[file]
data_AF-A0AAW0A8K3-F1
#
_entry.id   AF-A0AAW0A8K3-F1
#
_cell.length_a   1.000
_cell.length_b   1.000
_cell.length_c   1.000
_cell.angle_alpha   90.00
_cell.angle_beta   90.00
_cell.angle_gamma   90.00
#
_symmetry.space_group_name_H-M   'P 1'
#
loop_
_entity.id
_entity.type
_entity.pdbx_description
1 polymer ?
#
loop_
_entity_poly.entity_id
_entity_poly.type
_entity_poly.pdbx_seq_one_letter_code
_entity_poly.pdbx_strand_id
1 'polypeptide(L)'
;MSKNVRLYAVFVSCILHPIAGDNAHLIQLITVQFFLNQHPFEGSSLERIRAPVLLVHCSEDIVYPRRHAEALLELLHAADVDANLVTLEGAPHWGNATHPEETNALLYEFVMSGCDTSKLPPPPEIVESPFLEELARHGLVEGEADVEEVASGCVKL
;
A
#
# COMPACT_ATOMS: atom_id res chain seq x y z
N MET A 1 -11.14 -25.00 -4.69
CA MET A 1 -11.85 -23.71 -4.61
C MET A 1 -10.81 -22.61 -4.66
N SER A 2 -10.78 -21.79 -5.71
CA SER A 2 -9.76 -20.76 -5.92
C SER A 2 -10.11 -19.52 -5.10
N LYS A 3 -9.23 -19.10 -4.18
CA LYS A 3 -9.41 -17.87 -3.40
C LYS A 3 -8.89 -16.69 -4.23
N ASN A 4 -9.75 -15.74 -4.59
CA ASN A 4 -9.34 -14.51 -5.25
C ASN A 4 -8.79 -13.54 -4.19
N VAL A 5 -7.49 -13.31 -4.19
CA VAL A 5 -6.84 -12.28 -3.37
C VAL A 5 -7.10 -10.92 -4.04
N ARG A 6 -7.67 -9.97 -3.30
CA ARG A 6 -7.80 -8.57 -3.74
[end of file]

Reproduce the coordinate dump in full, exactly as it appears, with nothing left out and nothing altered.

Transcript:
data_AF-A0AAW0A8K3-F1
#
_entry.id   AF-A0AAW0A8K3-F1
#
_cell.length_a   1.000
_cell.length_b   1.000
_cell.length_c   1.000
_cell.angle_alpha   90.00
_cell.angle_beta   90.00
_cell.angle_gamma   90.00
#
_symmetry.space_group_name_H-M   'P 1'
#
loop_
_entity.id
_entity.type
_entity.pdbx_description
1 polymer ?
#
loop_
_entity_poly.entity_id
_entity_poly.type
_entity_poly.pdbx_seq_one_letter_code
_entity_poly.pdbx_strand_id
1 'polypeptide(L)'
;MSKNVRLYAVFVSCILHPIAGDNAHLIQLITVQFFLNQHPFEGSSLERIRAPVLLVHCSEDIVYPRRHAEALLELLHAADVDANLVTLEGAPHWGNATHPEETNALLYEFVMSGCDTSKLPPPPEIVESPFLEELARHGLVEGEADVEEVASGCVKL
;
A
#
# COMPACT_ATOMS: atom_id res chain seq x y z
N MET A 1 -11.14 -25.00 -4.69
CA MET A 1 -11.85 -23.71 -4.61
C MET A 1 -10.81 -22.61 -4.66
N SER A 2 -10.78 -21.79 -5.71
CA SER A 2 -9.76 -20.76 -5.92
C SER A 2 -10.11 -19.52 -5.10
N LYS A 3 -9.23 -19.10 -4.18
CA LYS A 3 -9.41 -17.87 -3.40
C LYS A 3 -8.89 -16.69 -4.23
N ASN A 4 -9.75 -15.74 -4.59
CA ASN A 4 -9.34 -14.51 -5.25
C ASN A 4 -8.79 -13.54 -4.19
N VAL A 5 -7.49 -13.31 -4.19
CA VAL A 5 -6.84 -12.28 -3.37
C VAL A 5 -7.10 -10.92 -4.04
N ARG A 6 -7.67 -9.97 -3.30
CA ARG A 6 -7.80 -8.57 -3.74